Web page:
“He was immersed in Kilkenny hurling; he could recall every match, who played where and, who scored,” Bishop Farrell said.
“Following his retirement, he increasingly entered into the communion of Christ’s sufferings; increasingly he understood the truth of the words: “Somebody else will put a belt around you and take you where you would rather not go (Jn 21:18).
“Bishop Forristal offered a life devoted to prayer. In prayer, he discerned the voice of the Lord, saying, follow me.
“Throughout his 63 years of priestly life he did not place any barriers in the way of the original summons which God placed in his heart.
“Prayer was not just part of his life, it was central to his life and enabled him to distinguish God’s footsteps among the welter of interior noises.
“ Every day he set aside a portion of the day for God and God alone.
“As a canon lawyer with a particular interest in jurisprudence, he offered a compassionate interpretation of the law.
“We often times hear a narrative that canon lawyers are insensitive and out of touch with the ordinary lives of people. Bishop Forristal belied that portrayal with a pastoral approach that took into consideration both the general and the individual aspects of a person’s life. For him, this interpretation did not remain something just theoretical, but translated into feelings of compassion and tenderness towards those who suffered.
“It would be remiss of me to let this day pass without acknowledging Bishop Forristal’s contribution to addressing the grave issues, serious wrongs and past failures that have come to light in the past 25 years, as the scale and depth of the sexual abuse crisis have been revealed.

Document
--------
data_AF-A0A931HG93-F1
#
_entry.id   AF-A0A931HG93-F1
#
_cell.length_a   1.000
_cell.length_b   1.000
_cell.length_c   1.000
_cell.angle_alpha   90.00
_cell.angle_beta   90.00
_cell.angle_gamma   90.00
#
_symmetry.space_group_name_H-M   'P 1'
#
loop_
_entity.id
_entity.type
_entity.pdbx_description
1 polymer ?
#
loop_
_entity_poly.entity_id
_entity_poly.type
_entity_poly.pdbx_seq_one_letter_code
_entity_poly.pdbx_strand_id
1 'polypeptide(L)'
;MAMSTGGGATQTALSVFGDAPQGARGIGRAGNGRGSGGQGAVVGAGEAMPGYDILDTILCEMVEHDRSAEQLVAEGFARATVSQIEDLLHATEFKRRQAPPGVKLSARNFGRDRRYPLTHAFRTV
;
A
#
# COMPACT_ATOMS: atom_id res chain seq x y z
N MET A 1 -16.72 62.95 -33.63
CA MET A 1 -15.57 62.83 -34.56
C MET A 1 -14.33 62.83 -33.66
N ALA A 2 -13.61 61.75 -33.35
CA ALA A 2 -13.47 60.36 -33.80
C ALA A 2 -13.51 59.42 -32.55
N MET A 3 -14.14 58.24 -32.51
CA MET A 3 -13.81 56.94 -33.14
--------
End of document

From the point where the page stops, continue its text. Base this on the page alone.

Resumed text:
“This scandal has undermined the lives of many children and vulnerable people; it has eroded trust and goodwill, and hangs like a cloud over all who seek to witness to the Good News of Jesus Christ,” Bishop Farrell said.
“ It is fair to say that the years 1994 to 1996 were tumultuous for the Church as the reality of crimes by clergy against children began to come to light.
“As the Church began to respond to these failures Bishop Forristal chaired the Committee that was to listen to and learn from the experience of all sectors concerned for the wellbeing of children. The Committee was multi-disciplinary and its work necessitated a very broad consultation process. His wisdom, his effectiveness, and his sensitivity as Chair were pivotal in producing the so-called ‘Green Book’ (Child Sexual Abuse: Framework for a Church Response).
“When it was published in 1996, the Green Book gained wide acceptance as a solid foundation upon which the Church could address this scandal which damaged so many lives, and which still has so many negative effects for individuals, for relationships, for families, and for communities, including the community of faith.
Bishop Forristal died on October 10 (peacefully) at St Luke’s Hospital.
He is survived by his sisters Kathleen, Nan and Mary, brother-in-law Eamon, sisters-in-law Maureen and Geraldine, nephews, nieces and his extended family.